This "merge-forward" strategy requires that the magic keywords to close a GitHub issue appear in the commit message text directly. Only including the text in a pull request will not close the issue.
GitHub will close the referenced issue once the commit containing the
magic text is merged into the default branch (
develop). Any magic text
input only into the pull request description will not be seen at the
Git-level when those commits are merged-forward. In other words, only the
commits are merged-forward and not the pull request.
develop branch is unstable and bleeding-edge. Pull requests containing
feature additions or non-bug-fix changes should be made against the
The Salt development team will back-port bug fixes made to
develop to the
current release branch if the contributor cannot create the pull request
against that branch.
Salt is advancing quickly. It is therefore critical to pull upstream changes from upstream into your fork on a regular basis. Nothing is worse than putting hard work into a pull request only to see bunches of merge conflicts because it has diverged too far from upstream.
The following assumes
origin is the name of your fork and
the name of the main saltstack/salt repository.
View existing remotes.
git remote -v
# For ssh github git remote add upstream email@example.com:saltstack/salt.git # For https github git remote add upstream https://github.com/saltstack/salt.git
Pull upstream changes into your clone.
git fetch upstream
Update your copy of the
git checkout develop git merge --ff-only upstream/develop
If Git complains that a fast-forward merge is not possible, you have local commits.
git pull --rebase origin developto rebase your changes on top of the upstream changes.
git branch <branch-name>to create a new branch with your commits. You will then need to reset your
developbranch before updating it with the changes from upstream.
If Git complains that local files will be overwritten, you have changes to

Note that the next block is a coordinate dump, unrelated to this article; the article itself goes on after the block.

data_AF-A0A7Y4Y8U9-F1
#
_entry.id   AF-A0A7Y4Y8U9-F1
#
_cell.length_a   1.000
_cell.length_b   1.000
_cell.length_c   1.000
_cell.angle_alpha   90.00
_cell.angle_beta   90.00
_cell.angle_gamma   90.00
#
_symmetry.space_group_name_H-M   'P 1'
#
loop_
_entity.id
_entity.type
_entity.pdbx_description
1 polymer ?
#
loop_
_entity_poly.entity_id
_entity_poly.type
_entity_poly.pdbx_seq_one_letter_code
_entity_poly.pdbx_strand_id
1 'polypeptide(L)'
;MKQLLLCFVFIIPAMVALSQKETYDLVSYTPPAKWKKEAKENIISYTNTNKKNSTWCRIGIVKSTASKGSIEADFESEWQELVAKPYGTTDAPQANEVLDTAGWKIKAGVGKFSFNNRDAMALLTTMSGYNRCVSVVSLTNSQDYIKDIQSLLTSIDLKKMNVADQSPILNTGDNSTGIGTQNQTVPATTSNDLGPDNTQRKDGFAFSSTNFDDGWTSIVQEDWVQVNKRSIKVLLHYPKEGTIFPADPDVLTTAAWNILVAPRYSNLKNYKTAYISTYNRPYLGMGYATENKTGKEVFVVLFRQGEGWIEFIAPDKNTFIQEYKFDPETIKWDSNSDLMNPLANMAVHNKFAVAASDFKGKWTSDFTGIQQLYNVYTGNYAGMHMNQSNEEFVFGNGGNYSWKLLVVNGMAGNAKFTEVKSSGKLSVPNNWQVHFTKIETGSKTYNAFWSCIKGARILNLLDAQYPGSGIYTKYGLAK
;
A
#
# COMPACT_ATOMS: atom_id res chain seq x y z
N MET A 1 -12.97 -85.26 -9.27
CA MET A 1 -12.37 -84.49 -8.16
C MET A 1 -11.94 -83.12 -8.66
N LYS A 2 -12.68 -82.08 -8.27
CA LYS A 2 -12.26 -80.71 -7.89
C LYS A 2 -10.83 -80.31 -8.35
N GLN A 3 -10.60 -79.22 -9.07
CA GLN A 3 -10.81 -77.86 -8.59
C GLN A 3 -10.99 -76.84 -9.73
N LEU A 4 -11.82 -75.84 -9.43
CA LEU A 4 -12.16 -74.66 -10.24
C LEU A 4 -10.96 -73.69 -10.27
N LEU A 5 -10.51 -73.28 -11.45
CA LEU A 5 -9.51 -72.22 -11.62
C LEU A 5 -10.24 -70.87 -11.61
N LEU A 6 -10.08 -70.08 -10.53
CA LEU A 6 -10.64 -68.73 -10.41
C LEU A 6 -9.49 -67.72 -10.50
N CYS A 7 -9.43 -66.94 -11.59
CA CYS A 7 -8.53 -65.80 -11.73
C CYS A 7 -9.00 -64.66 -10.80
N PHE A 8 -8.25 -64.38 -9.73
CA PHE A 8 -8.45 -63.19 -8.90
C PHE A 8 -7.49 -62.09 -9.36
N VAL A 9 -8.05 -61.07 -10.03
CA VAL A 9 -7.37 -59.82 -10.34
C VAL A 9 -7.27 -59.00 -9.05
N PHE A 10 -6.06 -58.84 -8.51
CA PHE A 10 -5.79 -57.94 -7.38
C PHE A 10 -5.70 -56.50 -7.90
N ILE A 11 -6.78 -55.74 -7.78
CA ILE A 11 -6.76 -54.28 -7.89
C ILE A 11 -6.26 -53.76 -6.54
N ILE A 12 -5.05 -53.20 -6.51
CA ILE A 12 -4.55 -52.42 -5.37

files in your working directory. Run
git status to see the files in
Update your fork.
git push origin develop
Repeat the previous two steps for any other branches you work with, such as the current release branch.
Patches will also be accepted by email. Format patches using git format-patch and send them to the salt-users mailing list. The contributor will then get credit for the patch, and the Salt community will have an archive of the patch and a place for discussion.
If a bug is fixed on
develop and the bug is also present on a
currently-supported release branch it will need to be back-ported to all
Most Salt contributors can skip these instructions
These instructions do not need to be read in order to contribute to the Salt project! The SaltStack team will back-port fixes on behalf of contributors in order to keep the contribution process easy.
These instructions are intended for frequent Salt contributors, advanced Git users, SaltStack employees, or independent souls who wish to back-port changes themselves.
It is often easiest to fix a bug on the oldest supported release branch and
then merge that branch forward into
develop (as described earlier in this
document). When that is not possible the fix must be back-ported, or copied,
into any other affected branches.
These steps assume a pull request
#1234 has been merged into
upstream is the name of the remote pointing to the main Salt repo.
Identify the oldest supported release branch that is affected by the bug.
Create a new branch for the back-port by reusing the same branch from the original pull request.
Name the branch
bp-<NNNN> and use the number of the original pull
git fetch upstream refs/pull/1234/head:bp-1234 git checkout bp-1234
Find the parent commit of the original pull request.
The parent commit of the original pull request must be known in order to rebase onto a release branch. The easiest way to find this is on GitHub.
Open the original pull request on GitHub and find the first commit in the
list of commits. Select and copy the SHA for that commit. The parent of
that commit can be specified by appending
~1 to the end.
Rebase the new branch on top of the release branch.
<release-branch>is the branch identified in step #1.
<orig-base>is the SHA identified in step #3 -- don't forget to add
~1to the end!
git rebase --onto <release-branch> <orig-base> bp-1234
Note, release branches prior to
2015.5 will not be able to make use of
rebase and must use cherry-picking instead.
Push the back-port branch to GitHub and open a new pull request.
Opening a pull request for the back-port allows for the test suite and normal code-review process.
git push -u origin bp-1234